The soil and tissue test report will indicate whether crops should respond to fertilization. Extensive research has been done to determine the relationships between available nutrients, fertilization application, and yield responses. For instance, if the soil test indicates that potassium levels are high, then the crops will not respond to additional potassium fertilization. Of greater importance than the actual nutrient concentration is the classification of the degree of nutrient sufficiency. The degree of nutrient sufficiency is reported as three categories: low, medium, or high. Table 1 is a typical representation of current interpretation of soil test results for agronomic crops in Florida. In addition to the soil test results, economic issues (e.g., fertilizer cost, hay prices) must also be considered when choosing the most adequate fertilization management strategy.

Table 1. 

Current Mehlich-3 soil test interpretation for agronomic crops in Florida (Mylavarapu et al. 2013)






Part per million (ppm)

Phosphorus (P)

≤ 25


> 41

Potassium (K)

≤ 25


> 41

Magnesium (Mg)

≤ 10


> 24

Current tissue testing interpretations are only valid for established bahiagrass (Table 2); thus, if the area is managed for other purposes—such as hay, sod, or seed production—a different interpretation approach should be used. For established bahiagrass pastures, tissue analysis has been recently incorporated into the revised IFAS fertilizer recommendations as a management tool to guide proper P fertilization. Revised IFAS recommendations state that tissue analysis should be performed when soil tests are low in P (less than 25 ppm of Mehlich-3 extractable P). Assuming the soil pH is within the optimal range for bahiagrass (around 5.5) and the tissue P concentration is below the critical concentration of 0.15%, then P fertilization is expected to improve bahiagrass production. Recommended P application rates vary from 25 lb P2O5/acre for the low- and medium-N input options (50 and 100 lb N/ac., respectively), up to 40 lb P2O5/ac. for the high-N option (160 lb N/ac.).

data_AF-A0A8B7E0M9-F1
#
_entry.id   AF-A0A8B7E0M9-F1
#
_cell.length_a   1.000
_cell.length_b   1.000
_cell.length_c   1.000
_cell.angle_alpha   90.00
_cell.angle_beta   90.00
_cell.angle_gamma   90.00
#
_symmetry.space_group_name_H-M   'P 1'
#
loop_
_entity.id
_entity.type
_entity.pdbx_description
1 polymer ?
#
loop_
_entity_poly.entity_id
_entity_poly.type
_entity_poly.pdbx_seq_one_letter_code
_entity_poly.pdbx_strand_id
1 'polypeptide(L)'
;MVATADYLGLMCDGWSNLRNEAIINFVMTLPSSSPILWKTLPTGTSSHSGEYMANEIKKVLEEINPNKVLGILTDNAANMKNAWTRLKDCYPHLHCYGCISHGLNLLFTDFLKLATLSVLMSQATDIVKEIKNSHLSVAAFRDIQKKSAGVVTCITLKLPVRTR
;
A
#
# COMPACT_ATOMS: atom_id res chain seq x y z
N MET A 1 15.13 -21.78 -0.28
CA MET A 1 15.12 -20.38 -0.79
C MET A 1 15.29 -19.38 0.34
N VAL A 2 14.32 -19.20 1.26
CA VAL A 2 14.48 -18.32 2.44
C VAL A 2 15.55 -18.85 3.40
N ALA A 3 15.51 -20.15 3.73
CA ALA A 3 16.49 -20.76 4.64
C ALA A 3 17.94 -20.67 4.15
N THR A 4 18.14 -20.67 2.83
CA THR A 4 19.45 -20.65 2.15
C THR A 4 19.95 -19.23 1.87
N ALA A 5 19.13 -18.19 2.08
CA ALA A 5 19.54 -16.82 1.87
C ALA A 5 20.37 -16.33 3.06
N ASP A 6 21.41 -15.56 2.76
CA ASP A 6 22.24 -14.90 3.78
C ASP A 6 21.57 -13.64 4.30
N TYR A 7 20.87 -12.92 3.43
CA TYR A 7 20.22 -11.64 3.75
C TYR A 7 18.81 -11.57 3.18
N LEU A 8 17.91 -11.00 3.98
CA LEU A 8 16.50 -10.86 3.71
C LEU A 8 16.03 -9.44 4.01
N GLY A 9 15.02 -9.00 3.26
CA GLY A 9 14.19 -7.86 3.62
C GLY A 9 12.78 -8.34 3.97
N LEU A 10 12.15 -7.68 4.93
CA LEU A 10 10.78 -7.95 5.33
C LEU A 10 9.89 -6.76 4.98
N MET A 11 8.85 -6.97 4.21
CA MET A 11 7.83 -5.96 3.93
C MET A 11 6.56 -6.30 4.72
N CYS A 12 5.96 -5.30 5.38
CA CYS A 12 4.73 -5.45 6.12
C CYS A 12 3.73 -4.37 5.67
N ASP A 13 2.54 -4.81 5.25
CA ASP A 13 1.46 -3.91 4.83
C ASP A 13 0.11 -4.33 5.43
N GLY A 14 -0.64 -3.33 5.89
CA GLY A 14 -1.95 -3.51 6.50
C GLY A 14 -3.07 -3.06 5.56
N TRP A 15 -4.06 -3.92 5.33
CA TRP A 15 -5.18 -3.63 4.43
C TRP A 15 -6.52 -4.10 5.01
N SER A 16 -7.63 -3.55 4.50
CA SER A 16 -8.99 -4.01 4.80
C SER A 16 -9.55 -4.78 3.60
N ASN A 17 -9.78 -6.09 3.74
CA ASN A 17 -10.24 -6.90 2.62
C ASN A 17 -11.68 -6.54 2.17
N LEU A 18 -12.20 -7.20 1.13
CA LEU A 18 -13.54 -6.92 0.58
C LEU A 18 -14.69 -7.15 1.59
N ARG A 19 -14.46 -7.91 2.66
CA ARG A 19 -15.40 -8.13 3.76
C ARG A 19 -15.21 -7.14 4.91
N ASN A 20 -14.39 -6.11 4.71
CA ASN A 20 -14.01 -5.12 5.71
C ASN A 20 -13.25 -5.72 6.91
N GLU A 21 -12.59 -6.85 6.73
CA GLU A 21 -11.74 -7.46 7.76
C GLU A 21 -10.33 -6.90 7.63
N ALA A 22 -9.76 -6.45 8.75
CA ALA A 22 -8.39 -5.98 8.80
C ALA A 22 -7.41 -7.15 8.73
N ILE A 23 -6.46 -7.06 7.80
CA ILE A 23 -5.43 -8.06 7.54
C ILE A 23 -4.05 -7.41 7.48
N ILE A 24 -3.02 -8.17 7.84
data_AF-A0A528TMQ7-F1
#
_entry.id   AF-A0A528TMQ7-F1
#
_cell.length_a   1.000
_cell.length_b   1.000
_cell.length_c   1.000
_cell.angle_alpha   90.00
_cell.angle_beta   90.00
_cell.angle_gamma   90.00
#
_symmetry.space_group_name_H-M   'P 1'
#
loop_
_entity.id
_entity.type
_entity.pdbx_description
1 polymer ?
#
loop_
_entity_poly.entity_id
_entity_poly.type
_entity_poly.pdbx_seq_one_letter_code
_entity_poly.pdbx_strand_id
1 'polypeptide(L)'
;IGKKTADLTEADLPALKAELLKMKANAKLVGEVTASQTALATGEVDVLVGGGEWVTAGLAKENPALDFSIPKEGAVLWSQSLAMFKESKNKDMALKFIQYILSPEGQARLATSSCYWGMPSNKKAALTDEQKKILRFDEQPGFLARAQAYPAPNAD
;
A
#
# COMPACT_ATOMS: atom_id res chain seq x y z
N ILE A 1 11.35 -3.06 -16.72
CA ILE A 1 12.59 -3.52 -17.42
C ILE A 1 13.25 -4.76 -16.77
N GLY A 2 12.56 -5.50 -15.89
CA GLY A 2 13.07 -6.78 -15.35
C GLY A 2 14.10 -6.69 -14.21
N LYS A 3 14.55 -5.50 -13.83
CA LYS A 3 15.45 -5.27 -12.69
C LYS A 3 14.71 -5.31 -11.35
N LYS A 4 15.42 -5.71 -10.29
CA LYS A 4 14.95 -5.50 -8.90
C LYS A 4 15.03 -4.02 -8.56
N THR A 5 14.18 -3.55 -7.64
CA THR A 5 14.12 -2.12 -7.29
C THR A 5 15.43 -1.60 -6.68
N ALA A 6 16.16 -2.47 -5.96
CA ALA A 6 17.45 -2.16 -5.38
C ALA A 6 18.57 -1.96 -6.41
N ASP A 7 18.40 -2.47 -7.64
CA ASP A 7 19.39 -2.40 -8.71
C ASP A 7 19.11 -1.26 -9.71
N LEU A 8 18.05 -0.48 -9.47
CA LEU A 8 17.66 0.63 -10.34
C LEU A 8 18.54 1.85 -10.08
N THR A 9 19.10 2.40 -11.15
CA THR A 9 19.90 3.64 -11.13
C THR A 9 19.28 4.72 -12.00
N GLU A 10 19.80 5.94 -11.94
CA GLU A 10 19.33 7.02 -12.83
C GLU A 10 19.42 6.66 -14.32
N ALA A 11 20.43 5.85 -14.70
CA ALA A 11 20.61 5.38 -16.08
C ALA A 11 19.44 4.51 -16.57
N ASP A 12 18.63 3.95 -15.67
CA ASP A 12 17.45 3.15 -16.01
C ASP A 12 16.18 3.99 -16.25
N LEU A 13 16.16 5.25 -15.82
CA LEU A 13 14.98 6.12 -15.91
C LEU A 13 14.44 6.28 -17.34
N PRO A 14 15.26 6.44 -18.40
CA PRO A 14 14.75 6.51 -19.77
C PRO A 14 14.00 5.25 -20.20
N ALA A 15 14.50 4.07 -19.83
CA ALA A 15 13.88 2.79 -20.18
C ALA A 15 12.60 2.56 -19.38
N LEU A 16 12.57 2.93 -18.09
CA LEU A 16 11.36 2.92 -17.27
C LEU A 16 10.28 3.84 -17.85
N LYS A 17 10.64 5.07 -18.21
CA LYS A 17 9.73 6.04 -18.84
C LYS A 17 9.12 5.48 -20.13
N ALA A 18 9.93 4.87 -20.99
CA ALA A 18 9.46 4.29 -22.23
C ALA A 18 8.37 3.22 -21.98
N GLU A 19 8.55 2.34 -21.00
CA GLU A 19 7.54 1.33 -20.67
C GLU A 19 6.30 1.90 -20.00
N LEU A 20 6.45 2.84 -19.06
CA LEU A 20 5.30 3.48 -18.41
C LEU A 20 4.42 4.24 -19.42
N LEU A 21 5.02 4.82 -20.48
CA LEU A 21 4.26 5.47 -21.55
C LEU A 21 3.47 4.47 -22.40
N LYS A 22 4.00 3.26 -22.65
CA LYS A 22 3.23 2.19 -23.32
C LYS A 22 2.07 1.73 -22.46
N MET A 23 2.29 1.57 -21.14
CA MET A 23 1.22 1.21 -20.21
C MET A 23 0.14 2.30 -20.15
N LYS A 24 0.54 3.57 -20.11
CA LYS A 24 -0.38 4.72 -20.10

Table 2. 

Critical concentrations of N, P, and K in bahiagrass tissue (Mackowiak et al. 2013)


Critical concentration


Nitrogen (N)

< 1.5

Phosphorous (P)

< 0.15

Potassium (K)

< 1.2

Once soil tests and/or plant tissue analyses have been conducted, soil amendment management decisions can be implemented to ensure efficient and effective fertilization strategies for the required forage production goals. The target or goals of production vary according to numerous factors—such as exclusive hay production, hay plus stocking, exclusive stocking by ruminants, desired stocking rate, and cow-calf and/or stocker production. The choice and selection of fertilizer sources and the rates and timing of applications are governed by availability and cost of product. The fertilization strategies are therefore driven by production for a targeted dry-matter response and by the need to sustain the pasture system. If you need further assistance with interpretation of soil test results or fertilization recommendations, consult with your local county UF/IFAS Extension agent or other university personnel.


Kelling, K. A. and Matocha, J. E. 1990. Plant analysis as an aid in fertilizing forage crops. Pages 603-643 in: Soil testing and plant analysis. R. L. Westerman, ed. Soil Science of America, Madison, WI.

Mackowiak, C.L. Blount, A.R., Hanlon, E.A., Silveira, M.L. and Myer, R.O. 2013. Getting the Most out of Bahiagrass Fertilization. Gainesville: University of Florida Institute of Food and Agricultural Sciences.

Mondart, C. L. Jr., Harris, H. E., Brupbacher, R. H. Jr., and Sedberry, J. E. 1974. Influence of annual applications of phosphorus on the yield and chemical composition of common bermudagrass and on the chemical composition of a Bowie soil. Louisiana Agric. Exp. Sta. Bull. No. 684.

Mylavarapu, R. S., Wright, D., Kidder, G. and Chambliss, C. G. 2013. UF/IFAS Standardized Fertilization Recommendations for Agronomic Crops. Gainesville: University of Florida Institute of Food and Agricultural Sciences.

Silveira, M. L., Obour, A. K., Vendramini, J. M. B. and Sollenberger, L. E. 2011. Using tissue analysis as a tool to predict bahiagrass phosphorus fertilization requirement. J. Plant Nutr. 34: 2193–2205.



This document is SL412, one of a series of the Soil and Water Science Department, UF/IFAS Extension. Original publication date June 2014. Visit the EDIS website at


Maria L. Silveira, associate professor, UF/IFAS Rangle Cattle Research and Education Center, Ona, FL; UF/IFAS Extension, Gainesville, FL 32611.

The Institute of Food and Agricultural Sciences (IFAS) is an Equal Opportunity Institution authorized to provide research, educational information and other services only to individuals and institutions that function with non-discrimination with respect to race, creed, color, religion, age, disability, sex, sexual orientation, marital status, national origin, political opinions or affiliations. For more information on obtaining other UF/IFAS Extension publications, contact your county's UF/IFAS Extension office.

U.S. Department of Agriculture, UF/IFAS Extension Service, University of Florida, IFAS, Florida A & M University Cooperative Extension Program, and Boards of County Commissioners Cooperating. Nick T. Place, dean for UF/IFAS Extension.